The Grandmaster is a bit of a strange film right from the start because it is essentially a remake of the excellent 2008 Hong Kong film Ip Man. SupposedlyThe Grandmaster (also about the life of Ip Man) was being developed at the same time but sat in development hell for over ten years. After Ip Man came out you have to wonder why they even continued with this version, which turned out to be quite the mess. Where Ip Man director Wilson Yip did everything right: hiring Sammo Hung to do the choreography, filling the movie with fights, even pacing, a simple kung fu plot, clean camera work, etc… The Grandmaster, directed by Wong Kar-wai, does wrong. Wong breaks with traditional kung fu camera work, which usually lets the fight choreography play out in real time, by inter-cutting shots with a delayed shutter speed (Private Ryan style) and super-slow-mo. It doesn’t work at all. He destroys any kind of fluidity or even understanding of what’s going on. In an attempt to make a “more artistic” kung fu film, he ended up making an incomprehensible shit pile.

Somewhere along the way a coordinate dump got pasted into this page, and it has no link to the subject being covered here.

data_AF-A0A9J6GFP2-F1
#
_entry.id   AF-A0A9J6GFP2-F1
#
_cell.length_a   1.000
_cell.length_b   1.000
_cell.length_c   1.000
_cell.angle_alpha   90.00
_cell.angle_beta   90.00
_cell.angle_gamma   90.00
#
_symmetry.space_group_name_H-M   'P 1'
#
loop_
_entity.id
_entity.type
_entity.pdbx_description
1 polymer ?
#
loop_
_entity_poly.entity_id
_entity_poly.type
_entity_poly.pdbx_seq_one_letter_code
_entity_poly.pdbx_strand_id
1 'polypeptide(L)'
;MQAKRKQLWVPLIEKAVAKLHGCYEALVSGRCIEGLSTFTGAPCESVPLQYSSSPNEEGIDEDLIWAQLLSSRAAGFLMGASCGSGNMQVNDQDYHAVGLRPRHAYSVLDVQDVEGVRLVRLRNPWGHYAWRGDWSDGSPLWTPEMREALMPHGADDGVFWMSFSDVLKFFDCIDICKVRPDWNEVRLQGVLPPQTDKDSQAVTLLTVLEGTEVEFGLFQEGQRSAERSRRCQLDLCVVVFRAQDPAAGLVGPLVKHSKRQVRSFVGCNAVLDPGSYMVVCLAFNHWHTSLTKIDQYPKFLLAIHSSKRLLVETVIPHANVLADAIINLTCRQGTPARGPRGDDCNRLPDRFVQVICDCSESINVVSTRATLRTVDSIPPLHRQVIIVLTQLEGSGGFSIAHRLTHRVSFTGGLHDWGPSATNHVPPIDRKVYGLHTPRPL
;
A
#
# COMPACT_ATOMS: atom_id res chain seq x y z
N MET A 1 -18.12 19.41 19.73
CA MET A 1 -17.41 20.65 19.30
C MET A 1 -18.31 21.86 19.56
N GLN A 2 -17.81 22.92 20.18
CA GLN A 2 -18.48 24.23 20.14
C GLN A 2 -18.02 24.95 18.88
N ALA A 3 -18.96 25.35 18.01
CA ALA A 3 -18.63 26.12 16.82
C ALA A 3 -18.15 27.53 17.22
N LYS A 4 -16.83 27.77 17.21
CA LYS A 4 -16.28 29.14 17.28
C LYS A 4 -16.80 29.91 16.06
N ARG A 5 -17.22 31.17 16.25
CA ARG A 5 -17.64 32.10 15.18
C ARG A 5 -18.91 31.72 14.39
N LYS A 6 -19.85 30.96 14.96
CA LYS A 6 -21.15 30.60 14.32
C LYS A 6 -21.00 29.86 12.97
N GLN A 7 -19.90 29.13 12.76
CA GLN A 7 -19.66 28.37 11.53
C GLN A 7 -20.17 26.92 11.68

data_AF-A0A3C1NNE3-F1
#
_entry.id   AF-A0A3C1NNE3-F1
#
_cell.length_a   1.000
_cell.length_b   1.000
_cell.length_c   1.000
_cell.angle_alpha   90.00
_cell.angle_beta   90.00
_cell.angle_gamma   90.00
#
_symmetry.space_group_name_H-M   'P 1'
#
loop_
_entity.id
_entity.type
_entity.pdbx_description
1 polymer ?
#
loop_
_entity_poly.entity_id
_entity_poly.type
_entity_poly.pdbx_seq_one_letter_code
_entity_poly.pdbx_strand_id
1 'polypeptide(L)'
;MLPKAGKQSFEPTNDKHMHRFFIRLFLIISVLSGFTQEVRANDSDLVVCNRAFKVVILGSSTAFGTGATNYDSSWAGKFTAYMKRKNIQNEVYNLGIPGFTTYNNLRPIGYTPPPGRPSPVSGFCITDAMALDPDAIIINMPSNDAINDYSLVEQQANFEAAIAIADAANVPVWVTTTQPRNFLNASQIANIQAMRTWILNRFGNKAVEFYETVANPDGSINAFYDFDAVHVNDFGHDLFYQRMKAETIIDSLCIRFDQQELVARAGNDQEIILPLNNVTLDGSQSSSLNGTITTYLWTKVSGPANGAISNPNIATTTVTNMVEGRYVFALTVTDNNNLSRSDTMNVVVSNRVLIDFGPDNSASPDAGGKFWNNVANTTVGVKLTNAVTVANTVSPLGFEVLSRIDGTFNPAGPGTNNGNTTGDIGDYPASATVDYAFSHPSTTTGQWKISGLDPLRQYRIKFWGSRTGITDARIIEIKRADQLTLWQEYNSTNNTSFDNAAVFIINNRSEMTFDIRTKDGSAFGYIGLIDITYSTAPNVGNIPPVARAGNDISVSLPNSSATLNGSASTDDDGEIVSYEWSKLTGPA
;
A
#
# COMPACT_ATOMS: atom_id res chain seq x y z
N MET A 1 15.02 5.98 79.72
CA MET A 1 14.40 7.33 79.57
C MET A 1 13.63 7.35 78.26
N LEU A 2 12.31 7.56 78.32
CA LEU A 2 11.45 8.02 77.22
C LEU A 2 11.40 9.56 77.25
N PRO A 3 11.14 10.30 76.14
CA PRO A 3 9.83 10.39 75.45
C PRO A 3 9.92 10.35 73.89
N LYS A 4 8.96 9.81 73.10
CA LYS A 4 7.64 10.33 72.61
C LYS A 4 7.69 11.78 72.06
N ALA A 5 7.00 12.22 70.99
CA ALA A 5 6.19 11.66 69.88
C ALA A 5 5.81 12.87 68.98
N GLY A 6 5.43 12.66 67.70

Like many films that raise themselves up out of development hell this one has several edits out there. There is the Hong Kong international cut and then the Weinstein U.S. cut. I checked out both and would probably recommend the Weinstein cut just for the fact that it’s a half hour shorter. There is no reason for a kung fu film to be over two hours long. The Weinsteins also attempted to make the time jumping incomprehensible plot a bit easier to understand with title cards and subtitles which tell you the who, when, and where because the dialogue sure doesn’t.
In case you don’t know Ip Man (also spelled Yip Man) he was Bruce Lee’s Wing Chun teacher. As anyone who had anything to do with Bruce is famous it was just a matter of time before Ip Man became the subject of a film. I’m just surprised it took this long. After Ip Man came out in 2008 there have now been three more films about him as well as a Chinese TV series. Both Ip Man and The Grandmaster take great liberties with his story and I would say they’re both about 75% fictional. Much like the life of his most famous student, Ip Man is more legend than reality. I thought The Grandmaster was going to be a more realistic portrayal than the 2008 film but it was even more fanciful with the Crouching Tiger style wire work. They even hired Zhang Ziyi to play Ip’s rival and love interest. She was one of the only good things about the movie. Tony Leung gives a decent and understated performance as Ip but I still prefer Donnie Yen as he is a real martial artist.
Just check out Ip Man, if you haven’t yet for a good kung fu time, and skip all of the versions of The Grandmaster. But if you’re still curious the Weinstein cut is on Netflix Streaming. There are worse movies, but I was disappointed. The Grandmaster was nominated for Best Foreign Language Film at the 2014 Academy Awards.
2 Chopsticks Outta 5